You know many on here harp about how much money the school district is going to be sued, and how expensive this prayer is. But there are some things in this world that are much more important than money, money cannot buy truth or happiness. In the bible it tells of those persecuted loosing everything for their faith. If it meant loosing everything I’ve ever owned to say 1 prayer. As heavy hearted as I am in saying it, I would do it.

    And for any of you to agree with harming someone monitarily for their faith as you stand up for your beliefs, well that’s just sad. Just because you believe in say- not eating pig- you should’nt sue someone that sits beside you in the food court eating a pile of bacon. That’s just taking advantage of another person.

    Just because I don’t believe in the Muslim faith doesn’t mean I should stop their prayers, or sue them over it.

    No, you just ignore it. Big deal that someone is acting in a seemingly crazy ritual to you. There’s plenty of seemingly crazy people out there doing seemingly crazy things. They may seem crazy to you but you shouldn’t be able to sue the man that eats at Starbucks for breakfast lunch and dinner just because you don’t believe it helps him in any way.

  • Another friendly atheist

    Even the ACLU should realize that prayer isn’t forced upon anyone—if you want to join in the prayer, then do so and if you don’t, then don’t. A Christian’s beliefs are no less important the the beliefs of all on this site.

    Wrong. It is illegal and immoral for the religious majority to impose their beliefs and practices on others, especially in a taxpayer-funded forum. That rule applies equally to everyone and anyone who wants to pray can do so privately. There is no disrespect anywhere in that arrangement, only respect, fairness, and a recognition of everyone’s rights. The only apparent reason for this particular prayer out loud appears to have been to shame the person who asked that his rights be respected. I consider that shameful and mean-spirited. My dear Christian grandparents would have called it a very un-Christian act.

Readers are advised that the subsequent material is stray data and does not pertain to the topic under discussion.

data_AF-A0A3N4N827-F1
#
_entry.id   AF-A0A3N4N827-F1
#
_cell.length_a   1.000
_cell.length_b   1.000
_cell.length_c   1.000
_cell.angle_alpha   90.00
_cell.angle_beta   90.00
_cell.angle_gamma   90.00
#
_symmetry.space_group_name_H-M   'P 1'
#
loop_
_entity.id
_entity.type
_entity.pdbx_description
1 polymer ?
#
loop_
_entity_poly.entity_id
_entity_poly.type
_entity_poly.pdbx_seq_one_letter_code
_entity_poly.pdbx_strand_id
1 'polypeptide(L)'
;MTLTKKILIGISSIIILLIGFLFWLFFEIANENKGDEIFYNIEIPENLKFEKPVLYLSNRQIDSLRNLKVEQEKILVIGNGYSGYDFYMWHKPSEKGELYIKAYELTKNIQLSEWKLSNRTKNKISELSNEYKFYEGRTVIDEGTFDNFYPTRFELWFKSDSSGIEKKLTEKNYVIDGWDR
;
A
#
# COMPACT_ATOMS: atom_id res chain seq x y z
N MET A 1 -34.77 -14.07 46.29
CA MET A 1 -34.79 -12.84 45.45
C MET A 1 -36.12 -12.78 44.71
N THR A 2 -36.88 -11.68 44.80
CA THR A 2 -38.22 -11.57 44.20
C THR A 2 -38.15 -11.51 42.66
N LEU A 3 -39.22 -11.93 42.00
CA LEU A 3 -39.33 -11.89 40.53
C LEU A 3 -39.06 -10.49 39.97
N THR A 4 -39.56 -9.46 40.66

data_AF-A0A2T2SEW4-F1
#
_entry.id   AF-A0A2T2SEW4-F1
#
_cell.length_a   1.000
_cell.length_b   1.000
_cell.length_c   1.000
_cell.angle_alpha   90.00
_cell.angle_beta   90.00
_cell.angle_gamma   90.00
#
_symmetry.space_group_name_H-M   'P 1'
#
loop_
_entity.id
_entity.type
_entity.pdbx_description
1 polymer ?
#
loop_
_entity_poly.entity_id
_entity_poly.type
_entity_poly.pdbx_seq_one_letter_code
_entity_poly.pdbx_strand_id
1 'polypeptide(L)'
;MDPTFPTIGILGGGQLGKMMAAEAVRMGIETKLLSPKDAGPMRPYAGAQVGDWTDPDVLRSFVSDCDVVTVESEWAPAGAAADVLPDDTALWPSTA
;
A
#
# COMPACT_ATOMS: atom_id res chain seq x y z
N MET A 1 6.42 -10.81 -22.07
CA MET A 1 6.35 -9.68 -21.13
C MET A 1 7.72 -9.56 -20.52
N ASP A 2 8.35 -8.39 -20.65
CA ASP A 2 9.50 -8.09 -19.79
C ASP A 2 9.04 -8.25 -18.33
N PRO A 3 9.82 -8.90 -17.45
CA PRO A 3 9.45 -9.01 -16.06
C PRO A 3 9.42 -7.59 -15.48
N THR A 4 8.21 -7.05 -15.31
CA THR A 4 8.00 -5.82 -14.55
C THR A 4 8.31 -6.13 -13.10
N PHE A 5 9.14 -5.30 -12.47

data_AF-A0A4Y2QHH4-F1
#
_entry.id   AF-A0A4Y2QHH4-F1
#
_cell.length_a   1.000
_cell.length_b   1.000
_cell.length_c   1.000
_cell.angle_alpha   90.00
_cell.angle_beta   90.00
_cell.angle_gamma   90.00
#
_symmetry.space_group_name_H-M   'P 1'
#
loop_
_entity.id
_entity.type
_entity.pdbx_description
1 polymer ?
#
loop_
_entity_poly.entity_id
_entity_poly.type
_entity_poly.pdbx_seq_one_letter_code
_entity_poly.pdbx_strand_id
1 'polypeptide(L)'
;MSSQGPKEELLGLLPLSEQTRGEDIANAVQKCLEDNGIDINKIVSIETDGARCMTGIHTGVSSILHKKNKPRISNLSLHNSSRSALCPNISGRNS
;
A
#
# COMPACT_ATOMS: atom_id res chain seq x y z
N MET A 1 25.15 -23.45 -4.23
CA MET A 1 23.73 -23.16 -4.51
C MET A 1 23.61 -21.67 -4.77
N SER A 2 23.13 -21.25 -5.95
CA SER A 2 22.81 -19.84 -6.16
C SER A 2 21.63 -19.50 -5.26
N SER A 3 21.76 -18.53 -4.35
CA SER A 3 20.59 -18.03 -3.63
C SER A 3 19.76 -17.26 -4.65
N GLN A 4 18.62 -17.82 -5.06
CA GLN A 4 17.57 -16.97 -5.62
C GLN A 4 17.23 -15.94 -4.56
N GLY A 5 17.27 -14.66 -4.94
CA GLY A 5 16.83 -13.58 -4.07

• sad to be southern

    It’s funny to me that this has become a religious issue, when it is purely legal in nature. I don’t care what religion you practice, or if you don’t practice at all. The fact still stands that at a public, tax-funded function, there should be no religious proceedings. Also, just because the faculty didn’t “allow” Laci to pray doesn’t mean they shouldn’t have immediately intervened once her purpose was realized. The Constitution gives freedom of speech, but only insofar as it doesn’t infringe on the rights of others. Freedom OF religion where appropriate, and freedom FROM religion elsewhere. Tax-funded events are part of the latter. Good job, Damon. I wish I had your courage.

  • even if the “law” is whatever it is, the original intent was because your against God. and decided that having him mentioned hurts your feelings. imagine how many more people were hurt because you tried to have it removed?
    he is “standing up for what he believes”, so is the girl who started the prayer just both on different sides.

  • dauntless

    a man for christ is right. The law doesn’t matter. See, Christians don’t have to pay attention to “the law”, since Jesus brought them a new covenant.

  • anAtheist

    Ignorant members??!!?
    ooooooohhhhhh yeaaahh@, thats what i like to hear from the proud leaders of our atheist community. Let us shine above the rest in our march to enlightenment. down with ignorance Not going to click your link to your webpage tho, will pass on that.

    Looks like this blog might be infested with fake atheists. I don’t know if i should laugh or cry. Is there a test or a rite or some kind of magic involved? How does one tell if one is really an atheist one’s self let alone all of these pesky anonymous Internet posters. I could very well be a worshiper or Eris the goddess of discord. I’m having a crisis of faith.

  • Jennifer